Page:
Settlements present barriers, such as fences, buildings and roads, that animals are unable or reluctant to pass through. This can lead to fragmentation of wildlife habitats and problems for species in terms of feeding and reproduction.
Wildlife corridors provide an unbroken route of travel between and within habitat areas. These corridors may take the form of tree lined streets, hedgerows or public footpaths with verges.
The wildlife corridors across the Parish are protected through the Neighbourhood Plan in order to maintain the rich and biodiverse natural environment of the Parish.
The Thrussington Neighbourhood Plan seeks to protect and enhance its sensitive landscape setting, through resisting applications which lead to its fragmentation or loss. All new developments must demonstrate how they have respected and reinforced historic landscape features and patterns.
NP Objective: 4, 5, 6
Thrussington Parish is home to a number of views and vistas which make an important contribution to the character and setting of the Parish. Some of these views are within the village itself and others are within or out to the wider landscape setting.
This policy seeks to protect identified views within the Parish as they are considered to make an important contribution and should be taken into account by all new development.
Comments from the Charnwood Borough Council’s Senior Ecological Officer:
I have identified a number of features that would present ecological constraints to development and so which may help inform the neighbourhood plan. There are a number of local wildlife sites (LWS) within the parish:
Oxbrook wood along the Oxbrook to the north of Thrussington
Thrussington Wolds Gorse, just south of Wolds farm in the far north of the parish
A pond and associated marginal land on the north side of Thrussington Road on the east side of the village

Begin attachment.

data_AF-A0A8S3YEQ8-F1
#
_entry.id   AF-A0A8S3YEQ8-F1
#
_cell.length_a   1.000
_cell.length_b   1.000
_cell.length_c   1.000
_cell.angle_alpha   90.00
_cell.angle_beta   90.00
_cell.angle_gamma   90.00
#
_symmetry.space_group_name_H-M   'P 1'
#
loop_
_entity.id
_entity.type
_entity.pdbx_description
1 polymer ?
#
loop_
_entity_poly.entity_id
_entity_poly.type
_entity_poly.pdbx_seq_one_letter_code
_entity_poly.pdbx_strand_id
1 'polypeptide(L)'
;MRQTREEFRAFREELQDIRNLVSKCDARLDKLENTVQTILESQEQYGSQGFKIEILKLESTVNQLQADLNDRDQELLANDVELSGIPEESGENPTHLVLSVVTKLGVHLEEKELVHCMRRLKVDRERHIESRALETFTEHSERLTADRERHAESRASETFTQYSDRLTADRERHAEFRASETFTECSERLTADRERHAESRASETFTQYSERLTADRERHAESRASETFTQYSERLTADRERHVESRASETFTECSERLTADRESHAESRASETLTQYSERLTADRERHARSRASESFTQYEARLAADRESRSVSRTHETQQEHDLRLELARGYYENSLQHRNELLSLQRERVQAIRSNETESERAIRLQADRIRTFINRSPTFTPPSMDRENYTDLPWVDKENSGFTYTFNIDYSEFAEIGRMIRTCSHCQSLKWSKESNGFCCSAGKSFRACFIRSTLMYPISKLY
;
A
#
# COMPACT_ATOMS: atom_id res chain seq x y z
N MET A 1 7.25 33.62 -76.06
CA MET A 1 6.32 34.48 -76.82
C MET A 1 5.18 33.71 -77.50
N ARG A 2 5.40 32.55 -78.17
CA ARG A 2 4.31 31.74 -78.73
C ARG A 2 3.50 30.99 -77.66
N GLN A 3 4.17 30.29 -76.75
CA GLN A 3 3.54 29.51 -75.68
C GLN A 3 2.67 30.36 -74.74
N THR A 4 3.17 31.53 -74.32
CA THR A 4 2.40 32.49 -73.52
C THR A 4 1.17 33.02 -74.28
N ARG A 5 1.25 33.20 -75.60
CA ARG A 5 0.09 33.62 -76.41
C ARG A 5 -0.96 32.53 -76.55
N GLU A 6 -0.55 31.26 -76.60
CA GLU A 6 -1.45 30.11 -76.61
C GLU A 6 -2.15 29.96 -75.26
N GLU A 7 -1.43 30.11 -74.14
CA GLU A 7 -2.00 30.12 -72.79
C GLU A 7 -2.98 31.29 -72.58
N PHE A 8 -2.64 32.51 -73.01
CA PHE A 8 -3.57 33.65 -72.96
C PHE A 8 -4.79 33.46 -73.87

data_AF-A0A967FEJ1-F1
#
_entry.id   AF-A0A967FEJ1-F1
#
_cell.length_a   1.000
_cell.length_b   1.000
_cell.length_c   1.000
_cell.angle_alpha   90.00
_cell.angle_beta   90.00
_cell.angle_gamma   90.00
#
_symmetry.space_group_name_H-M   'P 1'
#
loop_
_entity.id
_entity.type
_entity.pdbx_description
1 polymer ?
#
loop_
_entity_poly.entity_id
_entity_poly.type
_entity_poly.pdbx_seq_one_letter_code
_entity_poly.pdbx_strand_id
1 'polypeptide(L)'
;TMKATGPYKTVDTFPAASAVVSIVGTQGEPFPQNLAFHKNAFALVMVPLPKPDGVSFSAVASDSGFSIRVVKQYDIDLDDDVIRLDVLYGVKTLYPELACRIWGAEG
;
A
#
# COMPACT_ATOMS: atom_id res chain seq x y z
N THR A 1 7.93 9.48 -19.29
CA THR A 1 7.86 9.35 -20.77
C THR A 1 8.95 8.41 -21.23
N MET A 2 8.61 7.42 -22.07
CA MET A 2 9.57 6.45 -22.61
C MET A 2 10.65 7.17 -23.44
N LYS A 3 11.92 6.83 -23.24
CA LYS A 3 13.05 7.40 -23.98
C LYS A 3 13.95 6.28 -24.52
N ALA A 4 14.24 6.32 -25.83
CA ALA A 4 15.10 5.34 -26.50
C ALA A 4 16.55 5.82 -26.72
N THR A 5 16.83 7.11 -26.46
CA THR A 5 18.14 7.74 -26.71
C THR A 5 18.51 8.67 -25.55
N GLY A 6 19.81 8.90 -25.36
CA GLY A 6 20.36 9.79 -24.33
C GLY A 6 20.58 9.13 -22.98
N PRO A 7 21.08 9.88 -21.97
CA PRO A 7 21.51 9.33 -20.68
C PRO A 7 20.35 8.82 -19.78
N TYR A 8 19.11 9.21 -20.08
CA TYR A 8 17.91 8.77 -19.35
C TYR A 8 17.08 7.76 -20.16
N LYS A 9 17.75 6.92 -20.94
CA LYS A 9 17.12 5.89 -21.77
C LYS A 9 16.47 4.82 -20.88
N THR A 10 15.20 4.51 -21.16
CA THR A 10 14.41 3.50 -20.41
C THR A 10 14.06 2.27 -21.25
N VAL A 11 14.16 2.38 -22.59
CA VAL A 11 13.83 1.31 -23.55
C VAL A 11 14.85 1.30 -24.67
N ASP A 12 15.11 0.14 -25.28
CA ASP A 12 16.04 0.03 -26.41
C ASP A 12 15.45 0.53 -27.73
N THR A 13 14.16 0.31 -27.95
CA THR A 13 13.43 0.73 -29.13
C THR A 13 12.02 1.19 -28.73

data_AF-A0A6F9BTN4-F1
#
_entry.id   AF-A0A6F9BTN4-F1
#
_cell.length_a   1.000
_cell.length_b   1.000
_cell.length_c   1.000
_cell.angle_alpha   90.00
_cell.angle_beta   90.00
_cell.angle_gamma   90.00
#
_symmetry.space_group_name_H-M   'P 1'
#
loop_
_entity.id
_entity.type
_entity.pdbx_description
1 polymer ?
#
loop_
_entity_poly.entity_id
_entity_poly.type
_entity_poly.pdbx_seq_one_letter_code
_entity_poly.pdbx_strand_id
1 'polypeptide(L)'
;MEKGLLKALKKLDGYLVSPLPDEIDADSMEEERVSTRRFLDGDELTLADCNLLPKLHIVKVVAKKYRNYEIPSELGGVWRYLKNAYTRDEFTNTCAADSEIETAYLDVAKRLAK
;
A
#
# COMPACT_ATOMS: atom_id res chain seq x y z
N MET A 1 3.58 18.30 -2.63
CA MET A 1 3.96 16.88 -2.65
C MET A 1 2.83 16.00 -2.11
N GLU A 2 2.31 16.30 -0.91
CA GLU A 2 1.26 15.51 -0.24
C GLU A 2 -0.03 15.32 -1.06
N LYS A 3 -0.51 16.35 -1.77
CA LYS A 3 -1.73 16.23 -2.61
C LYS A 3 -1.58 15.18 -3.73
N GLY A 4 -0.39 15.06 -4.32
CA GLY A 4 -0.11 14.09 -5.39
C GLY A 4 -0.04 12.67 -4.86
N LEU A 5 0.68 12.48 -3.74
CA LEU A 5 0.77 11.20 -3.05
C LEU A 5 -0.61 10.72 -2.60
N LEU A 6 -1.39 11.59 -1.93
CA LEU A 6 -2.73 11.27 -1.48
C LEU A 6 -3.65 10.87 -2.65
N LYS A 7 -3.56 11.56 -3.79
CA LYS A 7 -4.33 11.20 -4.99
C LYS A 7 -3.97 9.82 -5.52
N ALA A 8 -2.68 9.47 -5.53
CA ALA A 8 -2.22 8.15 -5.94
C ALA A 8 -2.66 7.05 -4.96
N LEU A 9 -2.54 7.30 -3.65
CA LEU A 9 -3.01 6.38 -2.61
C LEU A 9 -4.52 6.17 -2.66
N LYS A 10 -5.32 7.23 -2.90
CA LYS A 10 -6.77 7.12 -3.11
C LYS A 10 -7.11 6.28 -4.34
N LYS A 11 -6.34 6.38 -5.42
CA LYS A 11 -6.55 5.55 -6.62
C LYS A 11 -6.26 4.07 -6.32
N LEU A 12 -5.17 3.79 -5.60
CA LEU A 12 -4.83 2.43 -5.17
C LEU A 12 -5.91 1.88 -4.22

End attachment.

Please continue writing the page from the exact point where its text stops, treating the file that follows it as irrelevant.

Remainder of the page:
All of these would be a material consideration for planning applications although none have been recently surveyed. I would be happy to support a resurvey if relevant landowner permissions could be obtained. The pond was designated for its amphibian assemblage and so a resurvey of this would have to wait until spring next year.
In addition to local wildlife sites (LWS) there are a number of parish level sites, including an important hedge on the north east side of the village. Resurvey of these would establish which, if any, meet LWS criteria. Again: I would be happy to support a resurvey given relevant permissions.
There are a number of trees with TPOs on the north side of Ratcliffe Rd around the Tennis courts. The land around the tennis courts appears to contain two ponds.
With respect to habitats the fields surrounding the village the grasslands on the east side of the village appear to be the most valuable with some areas of what may be species rich grassland and other areas of ridge and furrow (along footpath to Ragdale) which although horse grazed retain some species typical of species rich grassland such as pignut. The west side of the village around Seagrave Road and Ratcliffe Road is dominated by arable fields which are nominally less valuable for biodiversity but which do (based on observations during my visit) support notable species including brown hare and skylark and may support other notable farmland birds. There are also several ponds in this area some of which may be valuable in their own right but may also support great crested newt, although I was not able to visit any of these.
Water courses obviously represent an ecological asset however the constraints imposed here by the flood plain provide a guide for ecological buffers. This said the designated flood plain along the river Wreake to the south of Ratcliffe Road is narrow and only extends along the Ox Brook as far as Hilltop Farm. Here at least the flood plain does not provide sufficient ecological buffering.
Senior Ecological Officer
Charnwood Borough Council
Footpaths around the Parish:
Charnwood data on biodiversity within the borough – not specific to Thrussington Parish (this data will not be updated)